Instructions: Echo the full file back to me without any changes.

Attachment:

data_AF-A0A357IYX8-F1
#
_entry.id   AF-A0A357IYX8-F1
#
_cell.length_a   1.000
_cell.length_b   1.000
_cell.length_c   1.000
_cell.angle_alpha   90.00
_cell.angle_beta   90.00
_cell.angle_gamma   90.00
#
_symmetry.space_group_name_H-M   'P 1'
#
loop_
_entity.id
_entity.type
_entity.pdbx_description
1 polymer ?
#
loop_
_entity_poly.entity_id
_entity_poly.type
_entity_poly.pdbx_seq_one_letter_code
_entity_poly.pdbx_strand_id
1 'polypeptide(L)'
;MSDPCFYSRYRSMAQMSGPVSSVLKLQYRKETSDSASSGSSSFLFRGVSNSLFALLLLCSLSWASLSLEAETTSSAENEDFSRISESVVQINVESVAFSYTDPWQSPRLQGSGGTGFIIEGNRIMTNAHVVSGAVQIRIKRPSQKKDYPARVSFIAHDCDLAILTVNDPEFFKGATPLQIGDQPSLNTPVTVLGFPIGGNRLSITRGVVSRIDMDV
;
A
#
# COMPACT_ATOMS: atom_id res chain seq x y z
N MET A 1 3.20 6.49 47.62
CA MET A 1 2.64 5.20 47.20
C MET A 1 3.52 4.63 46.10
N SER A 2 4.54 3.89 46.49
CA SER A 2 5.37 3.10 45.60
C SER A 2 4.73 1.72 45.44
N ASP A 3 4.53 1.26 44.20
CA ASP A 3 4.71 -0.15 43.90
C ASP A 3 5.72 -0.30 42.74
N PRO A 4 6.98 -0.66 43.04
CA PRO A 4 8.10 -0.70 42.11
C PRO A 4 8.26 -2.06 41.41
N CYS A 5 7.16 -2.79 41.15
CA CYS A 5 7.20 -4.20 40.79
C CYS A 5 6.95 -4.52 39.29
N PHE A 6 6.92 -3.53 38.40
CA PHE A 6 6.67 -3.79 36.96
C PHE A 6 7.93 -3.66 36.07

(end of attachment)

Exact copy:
data_AF-A0A357IYX8-F1
#
_entry.id   AF-A0A357IYX8-F1
#
_cell.length_a   1.000
_cell.length_b   1.000
_cell.length_c   1.000
_cell.angle_alpha   90.00
_cell.angle_beta   90.00
_cell.angle_gamma   90.00
#
_symmetry.space_group_name_H-M   'P 1'
#
loop_
_entity.id
_entity.type
_entity.pdbx_description
1 polymer ?
#
loop_
_entity_poly.entity_id
_entity_poly.type
_entity_poly.pdbx_seq_one_letter_code
_entity_poly.pdbx_strand_id
1 'polypeptide(L)'
;MSDPCFYSRYRSMAQMSGPVSSVLKLQYRKETSDSASSGSSSFLFRGVSNSLFALLLLCSLSWASLSLEAETTSSAENEDFSRISESVVQINVESVAFSYTDPWQSPRLQGSGGTGFIIEGNRIMTNAHVVSGAVQIRIKRPSQKKDYPARVSFIAHDCDLAILTVNDPEFFKGATPLQIGDQPSLNTPVTVLGFPIGGNRLSITRGVVSRIDMDV
;
A
#
# COMPACT_ATOMS: atom_id res chain seq x y z
N MET A 1 3.20 6.49 47.62
CA MET A 1 2.64 5.20 47.20
C MET A 1 3.52 4.63 46.10
N SER A 2 4.54 3.89 46.49
CA SER A 2 5.37 3.10 45.60
C SER A 2 4.73 1.72 45.44
N ASP A 3 4.53 1.26 44.20
CA ASP A 3 4.71 -0.15 43.90
C ASP A 3 5.72 -0.30 42.74
N PRO A 4 6.98 -0.66 43.04
CA PRO A 4 8.10 -0.70 42.11
C PRO A 4 8.26 -2.06 41.41
N CYS A 5 7.16 -2.79 41.15
CA CYS A 5 7.20 -4.20 40.79
C CYS A 5 6.95 -4.52 39.29
N PHE A 6 6.92 -3.53 38.40
CA PHE A 6 6.67 -3.79 36.96
C PHE A 6 7.93 -3.66 36.07